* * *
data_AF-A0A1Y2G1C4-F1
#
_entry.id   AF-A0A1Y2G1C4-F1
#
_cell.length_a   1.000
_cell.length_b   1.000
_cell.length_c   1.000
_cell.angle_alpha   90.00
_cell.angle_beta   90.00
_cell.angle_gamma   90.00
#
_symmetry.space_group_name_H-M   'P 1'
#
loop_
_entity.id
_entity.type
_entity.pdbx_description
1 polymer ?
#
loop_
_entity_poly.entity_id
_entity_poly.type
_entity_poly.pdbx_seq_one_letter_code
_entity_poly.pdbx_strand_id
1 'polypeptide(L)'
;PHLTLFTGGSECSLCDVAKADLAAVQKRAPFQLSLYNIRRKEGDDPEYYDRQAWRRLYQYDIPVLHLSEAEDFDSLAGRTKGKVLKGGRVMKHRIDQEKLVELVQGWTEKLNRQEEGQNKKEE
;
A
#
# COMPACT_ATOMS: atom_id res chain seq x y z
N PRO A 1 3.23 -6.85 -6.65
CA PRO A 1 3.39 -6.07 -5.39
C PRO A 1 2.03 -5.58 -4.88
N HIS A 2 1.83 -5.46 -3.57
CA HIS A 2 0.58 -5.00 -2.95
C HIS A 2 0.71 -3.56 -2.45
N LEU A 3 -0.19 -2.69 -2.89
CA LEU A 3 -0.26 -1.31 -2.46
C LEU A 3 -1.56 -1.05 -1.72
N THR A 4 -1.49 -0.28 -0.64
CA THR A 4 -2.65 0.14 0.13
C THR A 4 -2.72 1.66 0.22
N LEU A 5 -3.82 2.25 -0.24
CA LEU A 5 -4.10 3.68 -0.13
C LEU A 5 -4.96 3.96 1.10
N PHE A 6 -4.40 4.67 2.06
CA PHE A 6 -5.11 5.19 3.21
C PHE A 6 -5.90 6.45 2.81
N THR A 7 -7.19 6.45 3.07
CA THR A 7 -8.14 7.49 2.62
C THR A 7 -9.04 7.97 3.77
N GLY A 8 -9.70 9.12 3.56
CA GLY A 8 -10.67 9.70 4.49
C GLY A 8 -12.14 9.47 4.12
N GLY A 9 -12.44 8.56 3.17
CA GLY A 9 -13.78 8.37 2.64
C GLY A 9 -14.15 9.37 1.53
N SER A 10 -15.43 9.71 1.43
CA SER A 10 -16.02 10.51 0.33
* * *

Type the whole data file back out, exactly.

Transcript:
data_AF-A0A1Y2G1C4-F1
#
_entry.id   AF-A0A1Y2G1C4-F1
#
_cell.length_a   1.000
_cell.length_b   1.000
_cell.length_c   1.000
_cell.angle_alpha   90.00
_cell.angle_beta   90.00
_cell.angle_gamma   90.00
#
_symmetry.space_group_name_H-M   'P 1'
#
loop_
_entity.id
_entity.type
_entity.pdbx_description
1 polymer ?
#
loop_
_entity_poly.entity_id
_entity_poly.type
_entity_poly.pdbx_seq_one_letter_code
_entity_poly.pdbx_strand_id
1 'polypeptide(L)'
;PHLTLFTGGSECSLCDVAKADLAAVQKRAPFQLSLYNIRRKEGDDPEYYDRQAWRRLYQYDIPVLHLSEAEDFDSLAGRTKGKVLKGGRVMKHRIDQEKLVELVQGWTEKLNRQEEGQNKKEE
;
A
#
# COMPACT_ATOMS: atom_id res chain seq x y z
N PRO A 1 3.23 -6.85 -6.65
CA PRO A 1 3.39 -6.07 -5.39
C PRO A 1 2.03 -5.58 -4.88
N HIS A 2 1.83 -5.46 -3.57
CA HIS A 2 0.58 -5.00 -2.95
C HIS A 2 0.71 -3.56 -2.45
N LEU A 3 -0.19 -2.69 -2.89
CA LEU A 3 -0.26 -1.31 -2.46
C LEU A 3 -1.56 -1.05 -1.72
N THR A 4 -1.49 -0.28 -0.64
CA THR A 4 -2.65 0.14 0.13
C THR A 4 -2.72 1.66 0.22
N LEU A 5 -3.82 2.25 -0.24
CA LEU A 5 -4.10 3.68 -0.13
C LEU A 5 -4.96 3.96 1.10
N PHE A 6 -4.40 4.67 2.06
CA PHE A 6 -5.11 5.19 3.21
C PHE A 6 -5.90 6.45 2.81
N THR A 7 -7.19 6.45 3.07
CA THR A 7 -8.14 7.49 2.62
C THR A 7 -9.04 7.97 3.77
N GLY A 8 -9.70 9.12 3.56
CA GLY A 8 -10.67 9.70 4.49
C GLY A 8 -12.14 9.47 4.12
N GLY A 9 -12.44 8.56 3.17
CA GLY A 9 -13.78 8.37 2.64
C GLY A 9 -14.15 9.37 1.53
N SER A 10 -15.43 9.71 1.43
CA SER A 10 -16.02 10.51 0.33